British and Irish Lions tours could become a “dead concept” if they are forced into “insane” plans to reduce the number of games and length of future tours.
World Rugby, who are looking to implement a global calendar, is reportedly making moves to reduce future tours from 10 to eight games and six to five weeks. A move which has already been backed by senior figures at Exeter Chiefs and Leicester Tigers.
“If they take a couple of matches away from us, all coaches think that is madness, bordering on insanity – voluntary insanity,” John Spencer, a Lions board member and manager of the tour in New Zealand, told The Daily Telegraph.
“If we are not careful with preparation I think the Lions could be a dead concept.
“The clubs would be killing it by demanding extra things every tour – shorter tours, fewer matches, less preparation. Meanwhile, with one fewer match before the first Test, the Lions would come under incredible pressure from the host nation.
“It is easy to say ‘don’t play the midweek matches’ but how do we prepare? Our tour has to have moral force. We need to engage with the community, be respectful and we need to go away with a level of integrity and unless we provide meaningful opposition you just cannot do it.”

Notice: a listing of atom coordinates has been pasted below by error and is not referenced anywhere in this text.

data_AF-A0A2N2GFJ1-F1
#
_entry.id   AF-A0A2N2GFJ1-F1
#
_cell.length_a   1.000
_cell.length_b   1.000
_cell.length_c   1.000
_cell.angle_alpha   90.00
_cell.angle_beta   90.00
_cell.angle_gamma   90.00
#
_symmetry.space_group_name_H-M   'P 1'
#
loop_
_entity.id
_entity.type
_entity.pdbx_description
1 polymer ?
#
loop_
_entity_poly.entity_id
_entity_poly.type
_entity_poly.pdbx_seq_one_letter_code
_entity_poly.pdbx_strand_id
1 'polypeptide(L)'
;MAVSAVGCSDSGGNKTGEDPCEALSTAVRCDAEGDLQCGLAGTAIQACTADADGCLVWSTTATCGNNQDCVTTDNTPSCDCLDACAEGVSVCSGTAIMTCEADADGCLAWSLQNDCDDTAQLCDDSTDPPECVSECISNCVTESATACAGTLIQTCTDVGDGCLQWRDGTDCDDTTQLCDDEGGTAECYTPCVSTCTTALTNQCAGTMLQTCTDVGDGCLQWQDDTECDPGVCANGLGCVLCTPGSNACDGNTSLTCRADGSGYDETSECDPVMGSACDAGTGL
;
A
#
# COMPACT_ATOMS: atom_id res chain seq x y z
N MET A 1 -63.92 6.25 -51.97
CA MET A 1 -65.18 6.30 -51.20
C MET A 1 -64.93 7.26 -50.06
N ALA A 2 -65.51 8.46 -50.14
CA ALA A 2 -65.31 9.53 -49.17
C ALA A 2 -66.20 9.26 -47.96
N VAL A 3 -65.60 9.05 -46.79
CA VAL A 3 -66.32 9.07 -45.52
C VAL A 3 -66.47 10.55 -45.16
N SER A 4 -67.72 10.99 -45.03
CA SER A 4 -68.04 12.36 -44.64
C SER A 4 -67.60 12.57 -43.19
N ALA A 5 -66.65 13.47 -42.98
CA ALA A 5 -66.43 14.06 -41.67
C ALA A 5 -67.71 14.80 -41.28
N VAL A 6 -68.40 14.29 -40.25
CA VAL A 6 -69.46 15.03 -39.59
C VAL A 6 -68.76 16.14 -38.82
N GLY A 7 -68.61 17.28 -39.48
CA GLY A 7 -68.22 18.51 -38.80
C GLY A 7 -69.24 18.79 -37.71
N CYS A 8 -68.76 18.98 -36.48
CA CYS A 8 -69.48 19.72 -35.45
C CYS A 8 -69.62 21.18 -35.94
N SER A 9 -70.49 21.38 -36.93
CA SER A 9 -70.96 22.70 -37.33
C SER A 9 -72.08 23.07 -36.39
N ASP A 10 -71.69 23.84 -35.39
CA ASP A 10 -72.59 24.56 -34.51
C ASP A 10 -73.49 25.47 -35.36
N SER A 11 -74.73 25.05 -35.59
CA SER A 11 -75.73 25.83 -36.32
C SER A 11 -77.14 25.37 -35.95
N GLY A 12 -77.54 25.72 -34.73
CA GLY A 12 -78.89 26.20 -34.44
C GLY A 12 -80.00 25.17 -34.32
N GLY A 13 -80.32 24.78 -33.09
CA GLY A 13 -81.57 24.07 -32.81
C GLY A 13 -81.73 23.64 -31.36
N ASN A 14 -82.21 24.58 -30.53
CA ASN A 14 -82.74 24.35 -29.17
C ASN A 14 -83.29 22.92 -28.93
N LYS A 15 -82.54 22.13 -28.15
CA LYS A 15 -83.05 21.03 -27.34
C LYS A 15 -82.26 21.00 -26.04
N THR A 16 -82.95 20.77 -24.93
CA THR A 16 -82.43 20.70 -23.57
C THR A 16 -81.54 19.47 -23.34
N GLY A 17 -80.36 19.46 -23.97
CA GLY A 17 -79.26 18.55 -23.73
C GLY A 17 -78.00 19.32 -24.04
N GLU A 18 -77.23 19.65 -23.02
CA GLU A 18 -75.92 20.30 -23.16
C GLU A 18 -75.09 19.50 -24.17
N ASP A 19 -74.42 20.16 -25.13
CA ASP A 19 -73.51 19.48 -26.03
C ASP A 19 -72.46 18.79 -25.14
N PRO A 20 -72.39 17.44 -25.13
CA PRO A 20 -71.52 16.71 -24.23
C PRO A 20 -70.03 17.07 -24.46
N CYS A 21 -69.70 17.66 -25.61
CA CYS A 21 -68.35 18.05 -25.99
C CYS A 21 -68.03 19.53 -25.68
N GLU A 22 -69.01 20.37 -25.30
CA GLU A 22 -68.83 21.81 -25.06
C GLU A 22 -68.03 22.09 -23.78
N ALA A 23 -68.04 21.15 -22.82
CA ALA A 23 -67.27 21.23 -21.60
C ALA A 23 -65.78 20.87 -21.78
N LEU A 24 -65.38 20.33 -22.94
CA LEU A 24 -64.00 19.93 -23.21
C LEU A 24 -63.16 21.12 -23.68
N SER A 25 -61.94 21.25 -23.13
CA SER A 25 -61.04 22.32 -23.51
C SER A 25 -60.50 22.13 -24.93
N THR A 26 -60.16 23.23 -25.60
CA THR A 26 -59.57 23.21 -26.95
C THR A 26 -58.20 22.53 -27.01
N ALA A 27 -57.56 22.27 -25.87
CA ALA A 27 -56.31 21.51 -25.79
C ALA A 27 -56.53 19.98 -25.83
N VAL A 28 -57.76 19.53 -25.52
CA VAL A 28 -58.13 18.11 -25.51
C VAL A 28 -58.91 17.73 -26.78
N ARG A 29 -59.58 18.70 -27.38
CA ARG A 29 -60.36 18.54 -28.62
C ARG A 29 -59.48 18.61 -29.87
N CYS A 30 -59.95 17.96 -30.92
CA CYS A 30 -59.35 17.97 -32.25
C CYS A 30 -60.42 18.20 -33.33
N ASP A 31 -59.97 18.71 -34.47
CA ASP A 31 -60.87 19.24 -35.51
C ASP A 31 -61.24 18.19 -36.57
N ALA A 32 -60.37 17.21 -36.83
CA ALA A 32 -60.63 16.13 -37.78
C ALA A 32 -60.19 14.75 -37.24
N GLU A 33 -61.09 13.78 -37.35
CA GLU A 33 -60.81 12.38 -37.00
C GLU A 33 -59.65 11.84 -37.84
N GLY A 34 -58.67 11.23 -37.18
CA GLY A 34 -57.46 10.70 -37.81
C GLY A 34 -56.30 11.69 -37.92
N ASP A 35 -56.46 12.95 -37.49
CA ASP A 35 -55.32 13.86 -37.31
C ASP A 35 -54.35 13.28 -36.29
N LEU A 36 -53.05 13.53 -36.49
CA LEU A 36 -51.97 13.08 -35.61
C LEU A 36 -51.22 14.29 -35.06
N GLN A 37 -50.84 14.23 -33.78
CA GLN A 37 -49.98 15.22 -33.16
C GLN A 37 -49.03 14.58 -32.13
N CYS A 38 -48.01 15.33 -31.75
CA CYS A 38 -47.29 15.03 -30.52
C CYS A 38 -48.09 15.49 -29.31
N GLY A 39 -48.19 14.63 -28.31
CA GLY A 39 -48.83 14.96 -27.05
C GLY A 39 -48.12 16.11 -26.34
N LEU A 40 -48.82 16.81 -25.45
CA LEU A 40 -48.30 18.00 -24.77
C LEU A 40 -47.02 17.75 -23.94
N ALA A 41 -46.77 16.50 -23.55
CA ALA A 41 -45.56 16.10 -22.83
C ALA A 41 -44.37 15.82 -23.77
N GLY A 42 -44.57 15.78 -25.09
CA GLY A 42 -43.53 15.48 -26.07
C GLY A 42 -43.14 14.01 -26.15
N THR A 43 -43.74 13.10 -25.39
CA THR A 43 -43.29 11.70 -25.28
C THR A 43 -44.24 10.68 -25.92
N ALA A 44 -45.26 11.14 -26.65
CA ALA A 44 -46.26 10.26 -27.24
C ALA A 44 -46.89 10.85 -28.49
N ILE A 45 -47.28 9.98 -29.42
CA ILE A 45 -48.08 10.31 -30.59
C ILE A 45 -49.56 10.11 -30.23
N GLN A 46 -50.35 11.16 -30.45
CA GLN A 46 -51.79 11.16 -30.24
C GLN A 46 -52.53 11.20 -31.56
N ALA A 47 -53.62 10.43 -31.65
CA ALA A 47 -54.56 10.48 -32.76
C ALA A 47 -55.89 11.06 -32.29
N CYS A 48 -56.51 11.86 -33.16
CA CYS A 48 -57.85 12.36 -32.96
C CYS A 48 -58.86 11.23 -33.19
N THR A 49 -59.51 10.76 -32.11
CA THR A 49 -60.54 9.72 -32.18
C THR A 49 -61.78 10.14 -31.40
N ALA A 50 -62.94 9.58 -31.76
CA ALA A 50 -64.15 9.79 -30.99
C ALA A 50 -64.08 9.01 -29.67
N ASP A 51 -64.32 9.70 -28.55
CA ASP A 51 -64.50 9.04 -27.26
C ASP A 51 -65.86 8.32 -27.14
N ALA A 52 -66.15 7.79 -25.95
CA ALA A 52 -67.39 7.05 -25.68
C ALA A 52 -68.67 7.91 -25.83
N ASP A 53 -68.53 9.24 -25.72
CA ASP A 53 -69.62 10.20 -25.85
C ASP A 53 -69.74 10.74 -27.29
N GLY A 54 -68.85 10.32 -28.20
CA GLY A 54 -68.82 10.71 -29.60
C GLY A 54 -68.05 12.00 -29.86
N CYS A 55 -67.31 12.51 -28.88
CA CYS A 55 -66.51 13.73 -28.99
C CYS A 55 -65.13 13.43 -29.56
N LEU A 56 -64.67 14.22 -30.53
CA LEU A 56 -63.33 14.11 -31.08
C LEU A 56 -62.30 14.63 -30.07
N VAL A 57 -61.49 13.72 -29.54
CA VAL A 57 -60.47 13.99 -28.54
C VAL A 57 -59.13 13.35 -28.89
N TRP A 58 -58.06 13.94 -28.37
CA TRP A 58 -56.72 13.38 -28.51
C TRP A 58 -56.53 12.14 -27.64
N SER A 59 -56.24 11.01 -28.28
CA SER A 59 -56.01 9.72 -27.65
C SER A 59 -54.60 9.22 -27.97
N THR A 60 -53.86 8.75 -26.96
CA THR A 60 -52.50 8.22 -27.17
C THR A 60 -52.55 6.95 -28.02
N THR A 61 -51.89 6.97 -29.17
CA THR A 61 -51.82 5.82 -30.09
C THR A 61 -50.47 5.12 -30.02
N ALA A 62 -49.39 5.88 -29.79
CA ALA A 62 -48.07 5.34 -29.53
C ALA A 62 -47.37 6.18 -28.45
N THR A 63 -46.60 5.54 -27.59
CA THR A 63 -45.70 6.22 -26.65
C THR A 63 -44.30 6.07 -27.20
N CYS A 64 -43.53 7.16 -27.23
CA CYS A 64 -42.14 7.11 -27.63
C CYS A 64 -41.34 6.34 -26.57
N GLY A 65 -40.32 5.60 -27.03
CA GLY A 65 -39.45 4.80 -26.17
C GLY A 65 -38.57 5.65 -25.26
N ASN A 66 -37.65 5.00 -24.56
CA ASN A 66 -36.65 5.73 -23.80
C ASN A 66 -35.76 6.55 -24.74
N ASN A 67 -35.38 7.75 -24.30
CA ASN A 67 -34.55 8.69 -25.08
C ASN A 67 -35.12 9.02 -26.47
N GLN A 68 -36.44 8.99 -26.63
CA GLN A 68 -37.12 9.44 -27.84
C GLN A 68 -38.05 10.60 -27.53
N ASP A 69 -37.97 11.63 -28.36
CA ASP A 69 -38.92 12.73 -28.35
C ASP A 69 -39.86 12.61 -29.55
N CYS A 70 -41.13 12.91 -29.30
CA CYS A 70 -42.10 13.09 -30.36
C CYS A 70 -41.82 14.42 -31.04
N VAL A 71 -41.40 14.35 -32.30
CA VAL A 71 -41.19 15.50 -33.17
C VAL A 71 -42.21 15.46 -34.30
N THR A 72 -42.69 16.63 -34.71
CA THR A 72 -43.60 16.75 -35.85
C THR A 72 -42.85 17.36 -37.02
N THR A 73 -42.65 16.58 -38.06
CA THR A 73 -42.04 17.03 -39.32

“I fully understand that the Premiership wants more time at the end of the season and do not want overlaps with internationals but one has to contrast with that the huge undertaking and status of the Lions tour,” said Spencer.
Those in charge of the Lions were then warned yesterday by top clubs that there was no prospect of the concept continuing in its present form.
Ahead of the Lions’ first test against New Zealand last night, two senior figures from the Premiership then backed plans to shorten the tours.
The chairman of Premiership champions Exeter, Tony Rowe, said that if the Lions wanted to retain – or even extend – the six-week period in which they were granted access to players for this year’s tour, they should pay for the privilege.
The chief executive of Leicester, Simon Cohen, went even further, calling for the curtailing of future trips come what may amid a battle by tour chiefs to prevent them being cut from 10 to eight games and six to five weeks.